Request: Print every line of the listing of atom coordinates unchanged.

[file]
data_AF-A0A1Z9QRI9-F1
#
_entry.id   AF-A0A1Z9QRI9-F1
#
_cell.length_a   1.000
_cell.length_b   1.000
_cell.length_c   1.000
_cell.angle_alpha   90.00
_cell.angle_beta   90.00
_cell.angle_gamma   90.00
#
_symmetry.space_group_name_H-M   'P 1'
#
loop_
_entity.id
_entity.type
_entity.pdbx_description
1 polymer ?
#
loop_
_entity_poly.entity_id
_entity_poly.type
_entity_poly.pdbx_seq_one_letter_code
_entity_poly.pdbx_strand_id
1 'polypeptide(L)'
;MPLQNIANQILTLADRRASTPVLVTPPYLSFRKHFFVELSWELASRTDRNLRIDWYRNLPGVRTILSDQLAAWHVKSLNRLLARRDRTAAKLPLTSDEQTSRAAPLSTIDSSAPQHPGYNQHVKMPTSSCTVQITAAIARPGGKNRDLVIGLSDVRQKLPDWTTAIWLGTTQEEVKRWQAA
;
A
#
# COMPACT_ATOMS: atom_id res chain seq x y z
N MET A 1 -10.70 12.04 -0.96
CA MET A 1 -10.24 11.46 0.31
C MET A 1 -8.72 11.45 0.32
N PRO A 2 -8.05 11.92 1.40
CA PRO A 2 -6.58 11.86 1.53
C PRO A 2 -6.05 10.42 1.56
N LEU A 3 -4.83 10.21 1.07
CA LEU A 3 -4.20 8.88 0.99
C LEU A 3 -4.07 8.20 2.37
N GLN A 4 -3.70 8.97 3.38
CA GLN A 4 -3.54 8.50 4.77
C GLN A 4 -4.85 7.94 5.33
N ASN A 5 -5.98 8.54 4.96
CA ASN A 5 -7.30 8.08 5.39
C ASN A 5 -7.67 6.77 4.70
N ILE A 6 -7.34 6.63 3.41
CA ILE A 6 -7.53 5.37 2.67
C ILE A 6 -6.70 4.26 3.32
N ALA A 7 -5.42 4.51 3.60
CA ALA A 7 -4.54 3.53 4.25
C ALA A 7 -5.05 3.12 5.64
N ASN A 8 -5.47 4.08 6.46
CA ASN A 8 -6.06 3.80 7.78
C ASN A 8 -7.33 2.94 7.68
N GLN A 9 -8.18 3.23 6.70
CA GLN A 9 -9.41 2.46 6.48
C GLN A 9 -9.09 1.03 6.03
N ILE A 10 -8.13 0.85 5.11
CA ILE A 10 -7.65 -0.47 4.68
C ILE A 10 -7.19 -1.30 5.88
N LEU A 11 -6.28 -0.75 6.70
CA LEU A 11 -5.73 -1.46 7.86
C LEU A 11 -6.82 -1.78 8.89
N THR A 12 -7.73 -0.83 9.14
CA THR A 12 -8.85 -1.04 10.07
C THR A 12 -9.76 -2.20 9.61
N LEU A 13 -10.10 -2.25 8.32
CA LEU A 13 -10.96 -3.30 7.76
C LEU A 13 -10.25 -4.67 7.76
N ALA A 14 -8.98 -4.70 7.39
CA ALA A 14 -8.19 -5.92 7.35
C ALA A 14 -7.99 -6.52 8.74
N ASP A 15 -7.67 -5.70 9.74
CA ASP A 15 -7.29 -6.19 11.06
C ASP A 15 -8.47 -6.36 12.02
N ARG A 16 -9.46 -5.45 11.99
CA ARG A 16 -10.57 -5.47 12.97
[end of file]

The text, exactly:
data_AF-A0A1Z9QRI9-F1
#
_entry.id   AF-A0A1Z9QRI9-F1
#
_cell.length_a   1.000
_cell.length_b   1.000
_cell.length_c   1.000
_cell.angle_alpha   90.00
_cell.angle_beta   90.00
_cell.angle_gamma   90.00
#
_symmetry.space_group_name_H-M   'P 1'
#
loop_
_entity.id
_entity.type
_entity.pdbx_description
1 polymer ?
#
loop_
_entity_poly.entity_id
_entity_poly.type
_entity_poly.pdbx_seq_one_letter_code
_entity_poly.pdbx_strand_id
1 'polypeptide(L)'
;MPLQNIANQILTLADRRASTPVLVTPPYLSFRKHFFVELSWELASRTDRNLRIDWYRNLPGVRTILSDQLAAWHVKSLNRLLARRDRTAAKLPLTSDEQTSRAAPLSTIDSSAPQHPGYNQHVKMPTSSCTVQITAAIARPGGKNRDLVIGLSDVRQKLPDWTTAIWLGTTQEEVKRWQAA
;
A
#
# COMPACT_ATOMS: atom_id res chain seq x y z
N MET A 1 -10.70 12.04 -0.96
CA MET A 1 -10.24 11.46 0.31
C MET A 1 -8.72 11.45 0.32
N PRO A 2 -8.05 11.92 1.40
CA PRO A 2 -6.58 11.86 1.53
C PRO A 2 -6.05 10.42 1.56
N LEU A 3 -4.83 10.21 1.07
CA LEU A 3 -4.20 8.88 0.99
C LEU A 3 -4.07 8.20 2.37
N GLN A 4 -3.70 8.97 3.38
CA GLN A 4 -3.54 8.50 4.77
C GLN A 4 -4.85 7.94 5.33
N ASN A 5 -5.98 8.54 4.96
CA ASN A 5 -7.30 8.08 5.39
C ASN A 5 -7.67 6.77 4.70
N ILE A 6 -7.34 6.63 3.41
CA ILE A 6 -7.53 5.37 2.67
C ILE A 6 -6.70 4.26 3.32
N ALA A 7 -5.42 4.51 3.60
CA ALA A 7 -4.54 3.53 4.25
C ALA A 7 -5.05 3.12 5.64
N ASN A 8 -5.47 4.08 6.46
CA ASN A 8 -6.06 3.80 7.78
C ASN A 8 -7.33 2.94 7.68
N GLN A 9 -8.18 3.23 6.70
CA GLN A 9 -9.41 2.46 6.48
C GLN A 9 -9.09 1.03 6.03
N ILE A 10 -8.13 0.85 5.11
CA ILE A 10 -7.65 -0.47 4.68
C ILE A 10 -7.19 -1.30 5.88
N LEU A 11 -6.28 -0.75 6.70
CA LEU A 11 -5.73 -1.46 7.86
C LEU A 11 -6.82 -1.78 8.89
N THR A 12 -7.73 -0.83 9.14
CA THR A 12 -8.85 -1.04 10.07
C THR A 12 -9.76 -2.20 9.61
N LEU A 13 -10.10 -2.25 8.32
CA LEU A 13 -10.96 -3.30 7.76
C LEU A 13 -10.25 -4.67 7.76
N ALA A 14 -8.98 -4.70 7.39
CA ALA A 14 -8.19 -5.92 7.35
C ALA A 14 -7.99 -6.52 8.74
N ASP A 15 -7.67 -5.70 9.74
CA ASP A 15 -7.29 -6.19 11.06
C ASP A 15 -8.47 -6.36 12.02
N ARG A 16 -9.46 -5.45 11.99
CA ARG A 16 -10.57 -5.47 12.97